Cherokee

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    Enduring a cultural, spiritual, and physical bludgeoning since its first contact with European society, the Cherokee Nation succumbed to the foreign power in the first half of the nineteenth century. However, as tensions rose between the two entities, nationalist attitudes emerged to justify the arguments on both sides of the struggle. The United States’ perpetual infringement of Indian sovereignty inspired both sentiments of opposition and reluctant submission within the indigenous nation.…

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    The Cherokee Nation The Cherokee Nation was involved in the Civil War as a “foreign ally.” Their location was on Confederate lands, which made them an ally of the rebellion. The Confederacy was highly outnumbered by the Union, so the Cherokee Nation was a benefit for the Confederacy. The weapons they invented were new to the Confederacy, but they quickly learned because it was their only shot at becoming less outnumbered with weapons. The Cherokees made a positive impact on the size of the…

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    After living among the Cherokee in North Georgia as a missionary, I have discovered that the Indian peoples are quite useful. They are all civilized in their own way and know how to work hard for the things that they receive. Their work and harvest skills are impeccable and would be an excellent asset to any community. Although many of the white settlers coming to Georgia wish to dispose of the Indians, it would ultimately be more beneficial for them to stay. The Indians should be able to stay…

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    Cherokee people lived all over the land before the United States even existed. “The Cherokees lived on land extending from North Carolina to South Carolina, Georgia, Tennessee, and Alabama for hundreds of years” (Green & Perdue, 1). They were constantly moving around involuntarily. The Cherokee tribes were often forced to leave their land when Americans found use of the land that the Cherokees were living on. White Americans were wanting their land because they found gold, wanted their livestock…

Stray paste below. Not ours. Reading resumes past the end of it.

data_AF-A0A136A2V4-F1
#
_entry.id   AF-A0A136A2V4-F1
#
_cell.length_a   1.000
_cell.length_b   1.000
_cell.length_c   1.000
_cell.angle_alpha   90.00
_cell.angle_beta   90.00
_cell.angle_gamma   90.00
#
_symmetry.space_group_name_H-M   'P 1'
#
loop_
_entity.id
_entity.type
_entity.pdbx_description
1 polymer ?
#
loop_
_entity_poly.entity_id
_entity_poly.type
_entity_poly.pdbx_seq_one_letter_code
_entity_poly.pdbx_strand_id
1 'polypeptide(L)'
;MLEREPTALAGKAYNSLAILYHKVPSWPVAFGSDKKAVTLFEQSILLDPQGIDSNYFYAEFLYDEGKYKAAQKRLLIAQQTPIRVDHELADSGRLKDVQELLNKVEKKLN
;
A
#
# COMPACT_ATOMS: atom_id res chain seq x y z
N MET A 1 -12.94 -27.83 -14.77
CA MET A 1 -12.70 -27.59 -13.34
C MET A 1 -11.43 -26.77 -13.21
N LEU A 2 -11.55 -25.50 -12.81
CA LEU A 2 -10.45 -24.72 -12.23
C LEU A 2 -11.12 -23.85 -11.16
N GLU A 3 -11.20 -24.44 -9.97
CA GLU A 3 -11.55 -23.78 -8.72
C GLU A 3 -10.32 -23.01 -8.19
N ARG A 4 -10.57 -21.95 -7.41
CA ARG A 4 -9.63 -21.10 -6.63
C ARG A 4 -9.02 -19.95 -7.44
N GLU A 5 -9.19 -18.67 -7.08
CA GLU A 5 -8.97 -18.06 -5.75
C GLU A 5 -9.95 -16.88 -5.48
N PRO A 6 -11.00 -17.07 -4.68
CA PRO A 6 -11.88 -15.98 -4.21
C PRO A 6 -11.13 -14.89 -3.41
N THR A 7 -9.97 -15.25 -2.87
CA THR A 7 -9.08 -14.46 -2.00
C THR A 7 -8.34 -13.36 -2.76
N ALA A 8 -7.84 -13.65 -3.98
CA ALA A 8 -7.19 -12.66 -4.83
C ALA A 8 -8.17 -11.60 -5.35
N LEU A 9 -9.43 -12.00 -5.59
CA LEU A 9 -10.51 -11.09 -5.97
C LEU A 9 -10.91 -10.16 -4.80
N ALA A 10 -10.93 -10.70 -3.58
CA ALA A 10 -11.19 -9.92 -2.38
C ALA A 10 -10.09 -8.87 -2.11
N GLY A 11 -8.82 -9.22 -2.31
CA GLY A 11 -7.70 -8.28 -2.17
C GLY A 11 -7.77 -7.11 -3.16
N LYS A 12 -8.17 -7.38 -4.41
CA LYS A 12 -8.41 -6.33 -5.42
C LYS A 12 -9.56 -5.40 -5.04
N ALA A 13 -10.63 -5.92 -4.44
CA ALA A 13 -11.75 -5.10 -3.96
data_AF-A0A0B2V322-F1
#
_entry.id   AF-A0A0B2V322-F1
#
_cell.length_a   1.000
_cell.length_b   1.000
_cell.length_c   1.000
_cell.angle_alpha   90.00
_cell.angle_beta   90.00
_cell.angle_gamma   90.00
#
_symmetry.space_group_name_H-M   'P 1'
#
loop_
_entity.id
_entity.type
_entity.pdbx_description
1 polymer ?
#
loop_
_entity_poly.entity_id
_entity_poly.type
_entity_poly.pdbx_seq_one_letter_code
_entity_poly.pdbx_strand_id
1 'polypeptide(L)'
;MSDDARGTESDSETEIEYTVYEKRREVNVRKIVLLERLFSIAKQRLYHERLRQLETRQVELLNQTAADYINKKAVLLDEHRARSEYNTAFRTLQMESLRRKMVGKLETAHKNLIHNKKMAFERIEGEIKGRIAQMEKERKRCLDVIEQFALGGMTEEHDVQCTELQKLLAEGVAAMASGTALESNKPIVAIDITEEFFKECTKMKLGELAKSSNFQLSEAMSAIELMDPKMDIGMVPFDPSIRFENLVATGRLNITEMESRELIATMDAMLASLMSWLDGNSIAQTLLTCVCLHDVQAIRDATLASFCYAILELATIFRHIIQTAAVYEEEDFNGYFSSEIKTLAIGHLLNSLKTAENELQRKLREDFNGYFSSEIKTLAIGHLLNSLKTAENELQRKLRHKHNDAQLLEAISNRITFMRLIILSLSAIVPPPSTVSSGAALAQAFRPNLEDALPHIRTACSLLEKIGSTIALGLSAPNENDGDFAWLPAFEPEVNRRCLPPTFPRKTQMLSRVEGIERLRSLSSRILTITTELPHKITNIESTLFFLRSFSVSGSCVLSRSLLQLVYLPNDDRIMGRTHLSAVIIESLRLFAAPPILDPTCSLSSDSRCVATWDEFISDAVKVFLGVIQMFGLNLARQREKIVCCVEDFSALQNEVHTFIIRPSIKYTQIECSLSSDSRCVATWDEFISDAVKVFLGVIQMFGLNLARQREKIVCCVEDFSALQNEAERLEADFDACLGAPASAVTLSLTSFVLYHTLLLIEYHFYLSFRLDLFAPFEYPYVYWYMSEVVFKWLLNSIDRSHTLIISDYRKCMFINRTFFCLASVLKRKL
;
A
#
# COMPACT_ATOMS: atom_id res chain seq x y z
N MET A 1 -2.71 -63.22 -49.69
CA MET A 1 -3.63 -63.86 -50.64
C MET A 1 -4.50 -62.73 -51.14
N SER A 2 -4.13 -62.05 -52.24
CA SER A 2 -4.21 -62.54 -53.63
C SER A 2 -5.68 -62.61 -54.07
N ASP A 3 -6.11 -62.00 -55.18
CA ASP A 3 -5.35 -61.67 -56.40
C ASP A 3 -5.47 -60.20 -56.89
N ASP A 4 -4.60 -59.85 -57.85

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    PART 1: NATIVES Key Characteristics of the Cherokee: • They originally occupied the Southeast • Around half of them were wiped out due to smallpox by the mid-1700s • They were forcibly removed from their area and forced to go to “Indian Territory”, which is now Oklahoma • About 4,000 of them died during the trip • The earth is suspended at each of the four cardinal points by a cord hanging from the sky vault, which is of solid rock • At first the earth was flat and very soft and wet The story…

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    Did you know that the indians had massacred men, women, and children during 1812? The cherokee Indians were given the option to move to the indian territory in Louisiana. So the americans can have the georgia state and that they didn’t like the fact that the indians had killed people. So the americans wanted them to move to an indian territory so they wouldn’t have to kill the americans. They were also given money and a large land but if they didn’t move then they would have to follow the laws…

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    Cherokee Nation v Georgia was a United States Supreme Court case in the 1831. It was “one of the ten worst cases” (pg.87). “The Cherokee Nation was the first Indian tribe that went to the federal court in a major lawsuit to protect the political, human, and property rights of an American Indian tribe and its member from destruction by a state” (Pg.87). The case of the Cherokee Nation v. Georgia was filed by the Cherokee Nation one of America’s most well-known Native American tribes. Using this…

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    “Cherokee blood, if not destroyed, will win it’s course in beings of fair complexions, who will read that their ancestors became civilized under the frowns of misfortune, and the causes of their enemies.” This quote is a prime example of the hardships that the Cherokees had to endure and live with. The Cherokees are of Iroquoian decent and they are one of the five tribes that had settled in Southeast America. They were known as being the most culturally and socially advanced in the 19th century…

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    The Cherokee Nation and the Trail of Tears During the spring semester of 2016, I was given the opportunity to read a very insightful book called, The Cherokee Nation and the Trail of Tears, by Theda Purdue and Micheal D. Green. The book covers the events leading up to, during, and directly after the Trail of Tears. The Trail of Tears was the mass migration of Native Americans from their motherland in the eastern shores of the United States, to the territories of the southwestern United States.…

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    establishment of a new Cherokee capital in Oklahoma, the story of Indian relocation is a sad one but is still an ultimately American one. The Tallapoosa River winds quietly through eastern Alabama, giving no indication of the violence that it bared witness to nearly two centuries ago. The Battle of Horseshoe Bend in many ways solidified the tumultuous relationship between Indians and settlers.…

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